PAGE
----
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Forlorn attempt to keep G7's claws in HK

chinadaily.com.cn | Updated: 2024-04-21 19:59

A view of the Victoria Harbor in Hong Kong. [Photo/IC]

The G7 foreign ministers' latest remarks on Hong Kong reveal a collective inability to come to terms with the simple fact that they have no say in the special administrative region's affairs.

Many institutional arrangements, from the Sino-British Joint Declaration to the Basic Law of the Hong Kong Special Administrative Region, were worked out to make sure Hong Kong retained order and prosperity after its return to full Chinese jurisdiction.

But the post-1997 changes have, being charitable, obviously been too fast and dramatic for the G7 members to easily adapt to or, more to the point in the case of some of the group's members, they are being distorted to serve other agendas in the form of manufactured quarrels with the Chinese government.

In either case, whether as an attempt to hold back time or to create mischief, the "concerns" expressed by the G7 ministers about Hong Kong will gain no real traction because they are not born of any genuine regard for Hong Kong or its residents.

The G7 foreign ministers' so-called concerns are either a reminder of what they regard as better days or a thorn with which they hope to prick the skin of Beijing.

Thus, although the G7 foreign ministers went to great lengths to mourn the situation in Hong Kong in the joint statement they released on Friday, it was nothing more than a display of crocodile tears.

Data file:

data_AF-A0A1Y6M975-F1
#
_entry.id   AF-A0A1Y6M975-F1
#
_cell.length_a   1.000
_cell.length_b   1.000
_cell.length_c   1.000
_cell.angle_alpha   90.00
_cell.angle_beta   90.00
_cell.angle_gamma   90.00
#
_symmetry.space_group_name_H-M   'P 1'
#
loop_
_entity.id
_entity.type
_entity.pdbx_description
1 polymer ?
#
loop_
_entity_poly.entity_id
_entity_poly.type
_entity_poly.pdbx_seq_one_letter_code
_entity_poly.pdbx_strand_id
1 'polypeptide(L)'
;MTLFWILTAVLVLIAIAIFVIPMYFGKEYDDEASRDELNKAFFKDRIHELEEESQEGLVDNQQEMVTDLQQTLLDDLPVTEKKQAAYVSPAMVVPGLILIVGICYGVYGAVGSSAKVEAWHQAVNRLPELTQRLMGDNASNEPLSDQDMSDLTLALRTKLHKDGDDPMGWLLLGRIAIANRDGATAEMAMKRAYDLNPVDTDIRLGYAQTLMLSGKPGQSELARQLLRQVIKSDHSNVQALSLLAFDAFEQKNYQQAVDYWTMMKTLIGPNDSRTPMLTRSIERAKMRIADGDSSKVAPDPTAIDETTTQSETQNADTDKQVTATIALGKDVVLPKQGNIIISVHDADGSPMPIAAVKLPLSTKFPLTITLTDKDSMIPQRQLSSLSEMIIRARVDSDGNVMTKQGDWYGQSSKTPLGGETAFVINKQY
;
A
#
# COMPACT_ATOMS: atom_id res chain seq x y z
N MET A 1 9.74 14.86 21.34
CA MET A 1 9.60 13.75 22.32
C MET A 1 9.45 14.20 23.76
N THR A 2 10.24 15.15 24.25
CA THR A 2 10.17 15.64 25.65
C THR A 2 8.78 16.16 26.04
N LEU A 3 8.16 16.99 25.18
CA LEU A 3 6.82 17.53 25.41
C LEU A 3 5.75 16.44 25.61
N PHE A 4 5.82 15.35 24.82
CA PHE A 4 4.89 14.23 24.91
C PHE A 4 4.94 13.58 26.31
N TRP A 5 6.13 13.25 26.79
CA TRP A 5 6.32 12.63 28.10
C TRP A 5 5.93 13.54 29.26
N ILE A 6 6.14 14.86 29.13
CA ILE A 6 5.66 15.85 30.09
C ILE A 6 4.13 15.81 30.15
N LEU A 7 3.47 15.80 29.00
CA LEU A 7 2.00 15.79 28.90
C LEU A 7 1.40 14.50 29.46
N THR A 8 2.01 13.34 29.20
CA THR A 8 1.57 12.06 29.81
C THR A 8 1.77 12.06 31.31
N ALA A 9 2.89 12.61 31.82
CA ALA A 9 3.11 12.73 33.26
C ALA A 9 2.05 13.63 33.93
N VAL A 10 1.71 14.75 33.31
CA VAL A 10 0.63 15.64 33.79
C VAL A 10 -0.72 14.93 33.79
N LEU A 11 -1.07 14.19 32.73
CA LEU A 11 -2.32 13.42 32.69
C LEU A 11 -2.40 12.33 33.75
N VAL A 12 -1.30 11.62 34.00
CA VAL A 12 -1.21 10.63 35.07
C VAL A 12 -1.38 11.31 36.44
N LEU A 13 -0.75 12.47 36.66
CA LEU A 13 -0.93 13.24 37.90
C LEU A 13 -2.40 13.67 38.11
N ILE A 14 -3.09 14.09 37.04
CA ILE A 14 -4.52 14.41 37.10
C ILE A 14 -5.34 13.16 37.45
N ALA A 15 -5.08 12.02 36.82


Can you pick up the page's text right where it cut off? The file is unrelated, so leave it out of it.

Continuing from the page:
In their "Statement on Addressing Global Challenges, Fostering Partnership", they first expressed concern about the deterioration of pluralism and civil and political rights in the SAR since the introduction of the 2020 National Security Law. They then protested that the latest Safeguarding National Security Ordinance under Article 23 of the Basic Law will further erode the autonomy of the SAR and its fundamental freedoms, claiming that the new law will "make it harder to live, work and do business in Hong Kong".

Since that claim is patently untrue, it only serves to make it clear that what they are really lamenting is that the new additions to the SAR's legal framework will make their lives more difficult by making it harder for them to engage in the kind of troublemaking with regard to China that some of them have become so fond of.

Like a dog worrying a bone, the ministers urged China to "uphold its commitments under the Sino-British Joint Declaration and the Basic Law" and the authorities in Beijing and the SAR "to act in accordance with their international commitments and applicable legal obligations".

But fulfilling their legal obligations is of course exactly what the central and SAR governments have done in introducing the legislation.

Expressing its strong condemnation of the G7 foreign ministers' malicious denigration of the new Hong Kong legislation, the Commissioner's Office of China's Foreign Ministry in the Hong Kong SAR said in a statement that not only did the legislation safeguard national security, it was also a "turning point" from overall "chaos" to "orderliness" in the SAR.

In their joint statement, the G7 foreign ministers claimed they "recognize the importance of constructive and stable relations with China". But the attempts by some of the G7 countries to use Hong Kong as a means to cause trouble for Beijing, if not a fuse for a color revolution, call into question the sincerity of those words.

Any constructive relations are built on mutual respect, which in international relations includes respect for national sovereignty.

Those Western powers that are fantasizing about living in the old colonial era in which they got to call the shots in territories where their gunboat diplomacy made the law should wake up to the reality that Hong Kong is a special administrative region of China and Hong Kong affairs are Chinese domestic affairs. As such, they are no concern of theirs.

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